Monday, September 19, 2016

That Forgotten Reformed Doctrine

When I first starting blogging, I had an interaction with a Reformed blogger and theology professor considered by many, with good cause, to be one of the more erudite Christian bloggers. (Like many of us early Christian bloggers from the start of the millennium, he has since stopped blogging.) In support of our different positions he quoted a sixteenth century Reformed theologian and I quoted R. C. Sproul1. He responded that personally he didn't "think much" of R. C. Sproul. To me that encapsulated what is wrong about academic theology. It's of little use to people in the pews, and it flies in the face of the previously cherished (and now largely ignored) Reformed doctrine of the Perspicuity of Scripture.

The London Baptist Confession (1689) writes
All things in Scripture are not alike plain in themselves, nor alike clear unto all; yet those things which are necessary to be known, believed and observed for salvation, are so clearly propounded and opened in some place of Scripture or other, that not only the learned, but the unlearned, in a due use of ordinary means, may attain to a sufficient understanding of them. (LBCF 1.7)

The Perspicuity of Scripture asserts: If a doctrine is not reasonably clear to a reasonable reader, then there is no reason to assume that it is important. It may be interesting, and it may be right, but it is not important. As a corollary, you can't prove it to be correct, you can only present plausibility arguments. And failure to affirm such derived doctrines is not heresy or blasphemy, regardless of what any dead white Reformed scholar claims. For if it were a bulwark against blasphemy and heresy, then it would presumably be important and so, by the Perspicuity of Scripture, it would be clear.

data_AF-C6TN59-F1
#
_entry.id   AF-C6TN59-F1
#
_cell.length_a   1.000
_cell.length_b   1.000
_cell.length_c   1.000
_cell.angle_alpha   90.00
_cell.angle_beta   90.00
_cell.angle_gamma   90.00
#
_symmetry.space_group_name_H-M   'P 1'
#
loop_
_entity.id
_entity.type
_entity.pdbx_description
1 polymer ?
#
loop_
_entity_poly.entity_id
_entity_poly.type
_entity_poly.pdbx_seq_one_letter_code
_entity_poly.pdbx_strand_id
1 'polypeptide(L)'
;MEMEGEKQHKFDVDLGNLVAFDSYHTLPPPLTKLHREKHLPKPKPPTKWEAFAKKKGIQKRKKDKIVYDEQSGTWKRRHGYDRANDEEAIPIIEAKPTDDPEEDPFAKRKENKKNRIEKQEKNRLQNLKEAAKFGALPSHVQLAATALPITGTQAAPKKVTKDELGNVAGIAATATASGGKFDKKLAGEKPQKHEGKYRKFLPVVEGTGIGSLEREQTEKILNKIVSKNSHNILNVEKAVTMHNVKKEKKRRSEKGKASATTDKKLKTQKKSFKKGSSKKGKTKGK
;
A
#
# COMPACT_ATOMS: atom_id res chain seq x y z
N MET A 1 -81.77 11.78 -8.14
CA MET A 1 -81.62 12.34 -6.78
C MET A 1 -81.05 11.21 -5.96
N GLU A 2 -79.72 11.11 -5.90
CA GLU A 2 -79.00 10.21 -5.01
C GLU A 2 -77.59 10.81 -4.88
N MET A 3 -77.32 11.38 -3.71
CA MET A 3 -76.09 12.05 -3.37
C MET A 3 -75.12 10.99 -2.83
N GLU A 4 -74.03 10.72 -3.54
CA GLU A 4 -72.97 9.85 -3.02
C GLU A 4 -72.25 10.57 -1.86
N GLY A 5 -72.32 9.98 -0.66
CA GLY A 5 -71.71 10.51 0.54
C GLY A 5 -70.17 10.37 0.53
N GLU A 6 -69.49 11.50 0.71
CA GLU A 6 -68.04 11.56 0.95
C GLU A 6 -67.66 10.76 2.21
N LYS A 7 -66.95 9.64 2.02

The Perspicuity of Scripture and complex, vital, derived doctrines are mutually exclusive. And you can't criticize the Catholics for their derived dogma when you have a corpus of your own.

1 Disclaimer: I am an R.C. fan-boy. I don't always agree with him, but he makes me think. And like any good teacher, he presents material clearly, concisely, and relatively jargon-free. This is a feature, not a bug.

2 What of the Trinity you say? It is a fair question. I have no good defense other than to say that while the Trinity is a derived doctrine, it is on far more solid ground that many of the esoteric doctrines debated among the uber-reformed. 

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